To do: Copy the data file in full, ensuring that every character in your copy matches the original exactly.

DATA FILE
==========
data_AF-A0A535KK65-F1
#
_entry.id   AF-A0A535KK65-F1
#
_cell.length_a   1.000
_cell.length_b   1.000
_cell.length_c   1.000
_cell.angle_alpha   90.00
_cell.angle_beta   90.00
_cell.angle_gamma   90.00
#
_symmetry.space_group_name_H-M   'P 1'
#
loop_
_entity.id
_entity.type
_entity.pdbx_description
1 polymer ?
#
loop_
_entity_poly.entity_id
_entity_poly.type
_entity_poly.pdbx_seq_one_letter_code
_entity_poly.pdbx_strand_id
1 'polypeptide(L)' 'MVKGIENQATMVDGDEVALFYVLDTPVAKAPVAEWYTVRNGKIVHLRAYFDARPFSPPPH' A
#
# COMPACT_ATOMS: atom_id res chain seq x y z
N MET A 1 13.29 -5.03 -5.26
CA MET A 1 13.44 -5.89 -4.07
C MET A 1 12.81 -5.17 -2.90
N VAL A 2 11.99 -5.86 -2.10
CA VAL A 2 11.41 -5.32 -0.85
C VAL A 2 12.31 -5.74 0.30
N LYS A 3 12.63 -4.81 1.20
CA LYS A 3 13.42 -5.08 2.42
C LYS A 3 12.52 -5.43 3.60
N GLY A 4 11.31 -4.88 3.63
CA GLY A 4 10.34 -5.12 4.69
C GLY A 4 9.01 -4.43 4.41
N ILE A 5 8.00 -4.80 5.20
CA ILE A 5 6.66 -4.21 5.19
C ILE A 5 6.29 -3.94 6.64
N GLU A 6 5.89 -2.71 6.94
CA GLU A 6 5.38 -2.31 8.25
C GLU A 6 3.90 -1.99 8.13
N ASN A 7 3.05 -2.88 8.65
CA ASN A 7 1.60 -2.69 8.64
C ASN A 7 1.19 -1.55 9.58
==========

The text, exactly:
data_AF-A0A535KK65-F1
#
_entry.id   AF-A0A535KK65-F1
#
_cell.length_a   1.000
_cell.length_b   1.000
_cell.length_c   1.000
_cell.angle_alpha   90.00
_cell.angle_beta   90.00
_cell.angle_gamma   90.00
#
_symmetry.space_group_name_H-M   'P 1'
#
loop_
_entity.id
_entity.type
_entity.pdbx_description
1 polymer ?
#
loop_
_entity_poly.entity_id
_entity_poly.type
_entity_poly.pdbx_seq_one_letter_code
_entity_poly.pdbx_strand_id
1 'polypeptide(L)' 'MVKGIENQATMVDGDEVALFYVLDTPVAKAPVAEWYTVRNGKIVHLRAYFDARPFSPPPH' A
#
# COMPACT_ATOMS: atom_id res chain seq x y z
N MET A 1 13.29 -5.03 -5.26
CA MET A 1 13.44 -5.89 -4.07
C MET A 1 12.81 -5.17 -2.90
N VAL A 2 11.99 -5.86 -2.10
CA VAL A 2 11.41 -5.32 -0.85
C VAL A 2 12.31 -5.74 0.30
N LYS A 3 12.63 -4.81 1.20
CA LYS A 3 13.42 -5.08 2.42
C LYS A 3 12.52 -5.43 3.60
N GLY A 4 11.31 -4.88 3.63
CA GLY A 4 10.34 -5.12 4.69
C GLY A 4 9.01 -4.43 4.41
N ILE A 5 8.00 -4.80 5.20
CA ILE A 5 6.66 -4.21 5.19
C ILE A 5 6.29 -3.94 6.64
N GLU A 6 5.89 -2.71 6.94
CA GLU A 6 5.38 -2.31 8.25
C GLU A 6 3.90 -1.99 8.13
N ASN A 7 3.05 -2.88 8.65
CA ASN A 7 1.60 -2.69 8.64
C ASN A 7 1.19 -1.55 9.58